Author: Nandini Sundar
Publisher: Oxford University Press
ISBN/UPC (if available): 0195686640
Anthropologists are often accused of wanting to keep tribal or indigenous people as museum pieces. Exploring the expansion of the state in Bastar over the past century and a half, and resistance to the particular forms it has taken, Subalterns and Sovereigns redefines the way in which history and anthropology think of tribal India.
Nandini Sundar argues that forested and hill areas like Bastar have never been outside the ‘mainstream’ of history, and that the flattening out of local politics to create the appearance of isolation and homogeneity is essentially a product of colonialism and post-colonialism. She shows that the choice today, as in the past, has never been one between ‘tradition’ and ‘modern civilization’ or between ‘development’ and ‘backwardness’, but over alternative visions of democracy.
The book is divided into three parts. The ethnohistorical first section portrays the pre-colonial economy and polity, showing how the significance of kingship and Bastar’s famous Dussehra festival has changed over time. The second part uses more standard archival sources to explore critical rebellions, yet these too are countered by oral histories of the same events. It also documents the growing restrictions on popular access to land and forest, the multiple historical understandings shaping encounters between different actors, and the relationship between colonial anthropology and contemporary laws. The final section, `Uncertain Futures,' highlights the contradictions faced by tribal societies today.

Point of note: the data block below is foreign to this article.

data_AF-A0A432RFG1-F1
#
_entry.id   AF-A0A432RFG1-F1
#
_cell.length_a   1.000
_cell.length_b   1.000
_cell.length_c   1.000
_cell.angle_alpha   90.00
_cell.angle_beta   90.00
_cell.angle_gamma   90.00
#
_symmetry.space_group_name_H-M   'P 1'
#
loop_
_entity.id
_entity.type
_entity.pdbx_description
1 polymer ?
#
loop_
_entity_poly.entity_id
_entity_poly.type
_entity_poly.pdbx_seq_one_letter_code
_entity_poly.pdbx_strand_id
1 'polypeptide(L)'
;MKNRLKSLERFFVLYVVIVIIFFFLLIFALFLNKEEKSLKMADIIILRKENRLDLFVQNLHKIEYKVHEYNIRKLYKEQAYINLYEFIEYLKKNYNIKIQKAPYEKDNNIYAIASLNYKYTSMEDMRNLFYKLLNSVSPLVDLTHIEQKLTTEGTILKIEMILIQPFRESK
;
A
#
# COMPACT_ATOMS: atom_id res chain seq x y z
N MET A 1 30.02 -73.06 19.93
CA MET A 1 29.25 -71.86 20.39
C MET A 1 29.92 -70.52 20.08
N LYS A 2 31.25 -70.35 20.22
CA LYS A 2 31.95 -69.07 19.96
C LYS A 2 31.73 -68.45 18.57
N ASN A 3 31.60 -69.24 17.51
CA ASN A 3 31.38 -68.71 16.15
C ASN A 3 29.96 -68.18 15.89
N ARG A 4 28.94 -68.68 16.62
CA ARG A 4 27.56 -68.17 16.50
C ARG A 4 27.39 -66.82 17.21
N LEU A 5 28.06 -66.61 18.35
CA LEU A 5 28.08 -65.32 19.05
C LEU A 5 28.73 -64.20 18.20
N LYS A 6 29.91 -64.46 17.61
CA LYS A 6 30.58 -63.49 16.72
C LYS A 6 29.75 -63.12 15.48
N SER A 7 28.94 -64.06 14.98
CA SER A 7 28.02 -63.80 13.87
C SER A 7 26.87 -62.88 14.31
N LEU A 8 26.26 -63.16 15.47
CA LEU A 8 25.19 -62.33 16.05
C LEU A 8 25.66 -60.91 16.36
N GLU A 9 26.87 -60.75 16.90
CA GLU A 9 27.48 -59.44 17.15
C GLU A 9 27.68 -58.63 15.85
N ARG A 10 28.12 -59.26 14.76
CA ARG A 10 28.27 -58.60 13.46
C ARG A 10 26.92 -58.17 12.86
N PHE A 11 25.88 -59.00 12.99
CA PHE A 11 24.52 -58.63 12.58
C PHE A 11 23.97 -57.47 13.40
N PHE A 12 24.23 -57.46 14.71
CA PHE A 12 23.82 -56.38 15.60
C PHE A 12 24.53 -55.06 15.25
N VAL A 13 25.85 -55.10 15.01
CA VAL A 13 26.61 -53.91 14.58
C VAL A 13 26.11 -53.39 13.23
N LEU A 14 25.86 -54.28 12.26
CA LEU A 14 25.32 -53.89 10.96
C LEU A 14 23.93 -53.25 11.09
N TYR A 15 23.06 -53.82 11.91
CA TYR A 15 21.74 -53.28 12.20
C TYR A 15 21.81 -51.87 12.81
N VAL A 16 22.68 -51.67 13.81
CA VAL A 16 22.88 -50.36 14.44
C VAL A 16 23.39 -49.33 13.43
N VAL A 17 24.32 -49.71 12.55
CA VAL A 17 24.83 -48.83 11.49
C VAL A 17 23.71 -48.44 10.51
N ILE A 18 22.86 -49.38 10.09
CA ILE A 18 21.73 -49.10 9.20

The second edition brings the book up to date discussing the contemporary socio-political developments in the state of Chhattisgarh. In a new afterword, the author investigates the ongoing Naxalite movement and the government’s counterinsurgency efforts.
This book will be an important resource for historians, anthropologists, ecologists, administrators, development practitioners, and activists particularly those concerned with Bastar, social movements, and tribes. It will also appeal to those interested in indigenous responses to colonialism and capitalism, and the relationship between colonialism and anthropology.
‘‘I would recommend her book as a bench-mark study and one which every scholar and administrator should read in order to understand tribal society.’
—M.N. Buch, The Book Review
‘In a work alive with imagination and craftsmanship, wit and irony, Sundar braids multiple themes together.’
—Satish Saberwal, Studies in History
‘..An impressive monograph that addresses many important themes in the modern history of subaltern groups in the hills of Asia.’
—David Ludden, American Historical Review
Preface to the Second Edition
List of Maps
List of Tables
List of Photographs
List of Illustrations
1. Recreated Pasts
2. Rebellious Pasts
3. Uncertain Futures